“Everyone has the single most powerful weapon that we need ― dignity, the feeling of self-respect,” he said. “It’s impossible to beat and arrest hundreds of thousands, millions. We have not even been intimidated. For some time, we were simply convinced that the life of toads and rats, the life of mute cattle, was the only way to win the reward of stability and economic growth. We are not cattle or slaves. We have voices and votes and we have the power to uphold them.”
Building on Saturday’s peaceful rally, organizers now are using social networking sites to organize a second one in Moscow, on Dec. 24. Their goal: 500,000 people.
The terms of Russia’s political debate are changing fast. On Saturday, a popular chant was: “New Year’s Without Putin!”
Now, the world asks this question for Russia’s leaders: Can they evolve fast enough to keep up with their citizenry?

James Brooke
James Brooke is the Russia/CIS bureau chief for Voice of America. A lifelong journalist, he covered West Africa, Brazil, the American Rocky Mountain States, Canada, and Japan/Korea for The New York Times. A resident of Moscow since 2006, he was first Bloomberg bureau chief for the region. In 2010, he joined VOA. In addition to writing Russia Watch, his weekly blog, he also does video, radio and web reports from Russia and the former USSR.

Russia: TV Generation Cracks Down on Internet Generation

Posted December 6th, 2011 at 7:14 pm (UTC+0)


After the protest, Irina, age 21, Google-chatted me at 1 am from her apartment: “For the first time in my life I felt like I have many pals in this city.” She had just joined the largest demonstration seen in Moscow in years — 6,000 Muscovites charging that blatant and massive electoral fraud took place in their city.

On Sunday night, election night, a Kremlin-funded exit polling company said 27 percent of voters voted for the ruling United Russia party. The next morning, the Kremlin-controlled election authorities reported that 46.5 percent of the city’s votes went for United Russia.

In almost identical bedroom communities, divided only by an avenue, people on one side of the street voted 25 percent for the government. On the other side of the street, 60 percent of people voted for the government.
So how had Irina magically discovered so many like-minded, outraged people, all gathering at 7 pm around Chistii Prudi metro station, only two blocks from the looming headquarters of successor agency to the KGB?
“For the last two days, my Facebook page has exploded with everyone talking about the election,” she told me. Dozhd TV, a privately-owned internet channel, now calls it “The Facebook Revolution.”


On Monday night, state-run TV did not air images of 300 people arrested at the downtown Moscow protest. Instead they trained their cameras two blocks away — on a state-sponsored “Clean Elections” rally that had the look of a high school pep rally. The political conflict shaping up in Russia today is between the Television Generation and the Internet Generation.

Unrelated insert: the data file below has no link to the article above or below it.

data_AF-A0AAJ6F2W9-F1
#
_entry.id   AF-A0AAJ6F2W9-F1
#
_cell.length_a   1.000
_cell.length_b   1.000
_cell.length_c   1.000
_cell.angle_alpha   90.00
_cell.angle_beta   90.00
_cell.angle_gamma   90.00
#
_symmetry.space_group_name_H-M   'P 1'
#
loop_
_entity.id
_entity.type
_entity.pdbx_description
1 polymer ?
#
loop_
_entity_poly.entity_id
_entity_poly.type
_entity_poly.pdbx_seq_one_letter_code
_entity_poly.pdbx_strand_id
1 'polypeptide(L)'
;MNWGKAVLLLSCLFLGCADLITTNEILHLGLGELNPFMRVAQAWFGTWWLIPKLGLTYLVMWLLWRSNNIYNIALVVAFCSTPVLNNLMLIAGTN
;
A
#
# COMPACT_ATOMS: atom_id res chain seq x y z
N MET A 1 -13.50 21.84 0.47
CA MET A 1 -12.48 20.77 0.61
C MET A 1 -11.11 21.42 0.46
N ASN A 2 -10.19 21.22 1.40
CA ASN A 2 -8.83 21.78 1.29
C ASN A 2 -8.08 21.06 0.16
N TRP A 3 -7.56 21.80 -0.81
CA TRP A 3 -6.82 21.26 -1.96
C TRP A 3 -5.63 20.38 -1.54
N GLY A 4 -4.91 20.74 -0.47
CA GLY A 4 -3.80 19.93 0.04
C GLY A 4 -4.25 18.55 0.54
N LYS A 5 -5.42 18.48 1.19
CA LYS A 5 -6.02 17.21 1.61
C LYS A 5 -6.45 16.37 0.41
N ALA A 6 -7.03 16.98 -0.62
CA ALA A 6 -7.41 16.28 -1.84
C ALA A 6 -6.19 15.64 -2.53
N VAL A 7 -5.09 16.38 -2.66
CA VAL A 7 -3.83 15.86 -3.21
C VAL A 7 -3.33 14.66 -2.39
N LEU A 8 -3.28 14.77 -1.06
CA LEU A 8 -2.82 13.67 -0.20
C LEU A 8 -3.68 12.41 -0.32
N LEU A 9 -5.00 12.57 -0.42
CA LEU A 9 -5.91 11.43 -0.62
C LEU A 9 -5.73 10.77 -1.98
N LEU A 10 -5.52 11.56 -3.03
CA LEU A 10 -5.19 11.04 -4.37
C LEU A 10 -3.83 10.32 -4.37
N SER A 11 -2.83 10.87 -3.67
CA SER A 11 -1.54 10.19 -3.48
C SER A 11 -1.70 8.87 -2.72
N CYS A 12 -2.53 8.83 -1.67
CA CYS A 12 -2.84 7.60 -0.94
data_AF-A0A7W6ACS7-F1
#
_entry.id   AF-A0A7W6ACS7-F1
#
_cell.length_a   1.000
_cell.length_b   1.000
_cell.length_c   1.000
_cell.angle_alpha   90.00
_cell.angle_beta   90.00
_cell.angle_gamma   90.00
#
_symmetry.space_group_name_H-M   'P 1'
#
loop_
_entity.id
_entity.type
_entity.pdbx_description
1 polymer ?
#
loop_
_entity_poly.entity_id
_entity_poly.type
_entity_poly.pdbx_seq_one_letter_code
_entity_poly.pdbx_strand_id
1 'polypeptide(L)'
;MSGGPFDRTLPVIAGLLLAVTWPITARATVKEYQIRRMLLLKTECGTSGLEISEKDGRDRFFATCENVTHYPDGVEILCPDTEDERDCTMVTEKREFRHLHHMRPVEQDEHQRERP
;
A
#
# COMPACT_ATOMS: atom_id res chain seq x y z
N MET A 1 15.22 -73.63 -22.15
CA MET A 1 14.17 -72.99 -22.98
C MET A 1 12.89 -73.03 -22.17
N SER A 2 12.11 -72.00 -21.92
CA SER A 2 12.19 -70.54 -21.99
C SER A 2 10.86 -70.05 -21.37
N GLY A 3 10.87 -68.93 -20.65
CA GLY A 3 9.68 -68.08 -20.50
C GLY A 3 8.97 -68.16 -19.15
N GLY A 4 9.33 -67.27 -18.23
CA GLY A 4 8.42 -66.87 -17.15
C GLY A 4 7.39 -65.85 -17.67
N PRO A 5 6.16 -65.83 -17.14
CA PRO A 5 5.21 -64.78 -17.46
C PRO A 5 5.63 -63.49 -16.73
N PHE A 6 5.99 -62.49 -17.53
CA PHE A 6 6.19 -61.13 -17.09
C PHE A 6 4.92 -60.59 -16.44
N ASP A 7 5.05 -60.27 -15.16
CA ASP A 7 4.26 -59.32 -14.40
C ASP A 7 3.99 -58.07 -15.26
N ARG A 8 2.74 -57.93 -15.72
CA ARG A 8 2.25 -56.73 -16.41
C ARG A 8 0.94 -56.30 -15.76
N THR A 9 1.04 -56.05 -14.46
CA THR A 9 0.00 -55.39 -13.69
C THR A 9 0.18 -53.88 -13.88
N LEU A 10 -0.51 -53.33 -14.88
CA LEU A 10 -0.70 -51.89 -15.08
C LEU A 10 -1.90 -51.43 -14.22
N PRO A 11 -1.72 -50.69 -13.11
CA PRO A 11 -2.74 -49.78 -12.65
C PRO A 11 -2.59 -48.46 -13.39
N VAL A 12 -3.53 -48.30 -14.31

On Sunday, the TV Generation won Round One. Officially, 49.64 percent of Russians voted for the ruling party. Opposition leaders like Vladimir Ryzhkov estimate that only one third of voters cast ballots for United Russia, and fraud took care of the rest. There were some interesting results.

Dagestan, an impoverished southern region, is in such a state of violent rebellion that a BBC report two weeks ago called it: “The Most Dangerous Place in Europe.” Yet on Sunday, 92 percent of Dagestanis who voted cast their ballots for the Kremlin’s United Russia party. Neighboring Chechens outdid them, with 99.5 percent voting for the official party. (This is a touching change of heart as Prime Minister Vladimir Putin led the second war against Chechen separatists in the fall of 1999. This year-long conflict resulted in about 65,000 dead on both sides.) These impoverished areas on Russia’s southern edge have some of the nation’s lowest Internet connectivity rates.

Russian blogger Alexei Navalny often gets 1 million hits for each post on Life Journal. Moscow riot police gave him some hits of a different kind for participating Monday in a large street protest against electoral fraud. As police trucks occupied central Moscow Tuesday, Navalny was taken to court where he received a 15-day jail sentence. Protests continued – and spread to new cities – on Tuesday. Photo: Reuters/Anton Golubev

But in Moscow, St. Petersburg, and the 10 ‘millioniki’ – provincial capitals with 1 million people – Internet connectivity rates are fast approaching levels of Western Europe. By some estimates, 90 percent of Moscow households are now online. And Moscow now concentrates almost 10 percent of the nation’s total population.

So who was the Kremlin’s number one target in days prior to the election?